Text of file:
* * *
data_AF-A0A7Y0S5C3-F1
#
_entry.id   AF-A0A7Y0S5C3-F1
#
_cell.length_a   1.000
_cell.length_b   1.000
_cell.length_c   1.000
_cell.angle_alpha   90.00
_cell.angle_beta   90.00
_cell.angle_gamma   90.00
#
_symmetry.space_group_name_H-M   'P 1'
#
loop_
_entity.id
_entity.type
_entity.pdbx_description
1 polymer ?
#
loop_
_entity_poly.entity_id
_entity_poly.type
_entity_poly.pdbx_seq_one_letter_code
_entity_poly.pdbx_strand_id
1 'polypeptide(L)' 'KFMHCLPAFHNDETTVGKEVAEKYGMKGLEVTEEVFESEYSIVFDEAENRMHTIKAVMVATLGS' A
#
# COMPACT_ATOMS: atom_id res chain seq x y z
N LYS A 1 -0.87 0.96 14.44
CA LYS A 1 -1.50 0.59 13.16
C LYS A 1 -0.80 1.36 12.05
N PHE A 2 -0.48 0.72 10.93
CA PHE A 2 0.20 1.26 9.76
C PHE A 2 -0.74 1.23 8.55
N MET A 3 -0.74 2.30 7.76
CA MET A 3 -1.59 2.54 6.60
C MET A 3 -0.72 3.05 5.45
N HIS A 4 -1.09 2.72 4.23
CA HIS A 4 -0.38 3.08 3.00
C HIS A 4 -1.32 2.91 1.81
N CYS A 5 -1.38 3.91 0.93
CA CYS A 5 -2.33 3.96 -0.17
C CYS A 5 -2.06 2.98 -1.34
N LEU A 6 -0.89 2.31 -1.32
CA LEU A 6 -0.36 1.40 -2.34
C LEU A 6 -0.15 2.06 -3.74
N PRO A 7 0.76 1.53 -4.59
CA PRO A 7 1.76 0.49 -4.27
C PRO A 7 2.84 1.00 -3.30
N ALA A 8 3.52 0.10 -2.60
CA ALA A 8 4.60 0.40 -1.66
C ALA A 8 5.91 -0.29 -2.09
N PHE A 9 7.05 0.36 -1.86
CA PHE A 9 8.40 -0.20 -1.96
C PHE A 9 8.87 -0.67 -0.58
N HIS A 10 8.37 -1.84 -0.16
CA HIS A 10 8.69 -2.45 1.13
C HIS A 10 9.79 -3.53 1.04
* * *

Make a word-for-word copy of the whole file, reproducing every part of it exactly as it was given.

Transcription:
data_AF-A0A7Y0S5C3-F1
#
_entry.id   AF-A0A7Y0S5C3-F1
#
_cell.length_a   1.000
_cell.length_b   1.000
_cell.length_c   1.000
_cell.angle_alpha   90.00
_cell.angle_beta   90.00
_cell.angle_gamma   90.00
#
_symmetry.space_group_name_H-M   'P 1'
#
loop_
_entity.id
_entity.type
_entity.pdbx_description
1 polymer ?
#
loop_
_entity_poly.entity_id
_entity_poly.type
_entity_poly.pdbx_seq_one_letter_code
_entity_poly.pdbx_strand_id
1 'polypeptide(L)' 'KFMHCLPAFHNDETTVGKEVAEKYGMKGLEVTEEVFESEYSIVFDEAENRMHTIKAVMVATLGS' A
#
# COMPACT_ATOMS: atom_id res chain seq x y z
N LYS A 1 -0.87 0.96 14.44
CA LYS A 1 -1.50 0.59 13.16
C LYS A 1 -0.80 1.36 12.05
N PHE A 2 -0.48 0.72 10.93
CA PHE A 2 0.20 1.26 9.76
C PHE A 2 -0.74 1.23 8.55
N MET A 3 -0.74 2.30 7.76
CA MET A 3 -1.59 2.54 6.60
C MET A 3 -0.72 3.05 5.45
N HIS A 4 -1.09 2.72 4.23
CA HIS A 4 -0.38 3.08 3.00
C HIS A 4 -1.32 2.91 1.81
N CYS A 5 -1.38 3.91 0.93
CA CYS A 5 -2.33 3.96 -0.17
C CYS A 5 -2.06 2.98 -1.34
N LEU A 6 -0.89 2.31 -1.32
CA LEU A 6 -0.36 1.40 -2.34
C LEU A 6 -0.15 2.06 -3.74
N PRO A 7 0.76 1.53 -4.59
CA PRO A 7 1.76 0.49 -4.27
C PRO A 7 2.84 1.00 -3.30
N ALA A 8 3.52 0.10 -2.60
CA ALA A 8 4.60 0.40 -1.66
C ALA A 8 5.91 -0.29 -2.09
N PHE A 9 7.05 0.36 -1.86
CA PHE A 9 8.40 -0.20 -1.96
C PHE A 9 8.87 -0.67 -0.58
N HIS A 10 8.37 -1.84 -0.16
CA HIS A 10 8.69 -2.45 1.13
C HIS A 10 9.79 -3.53 1.04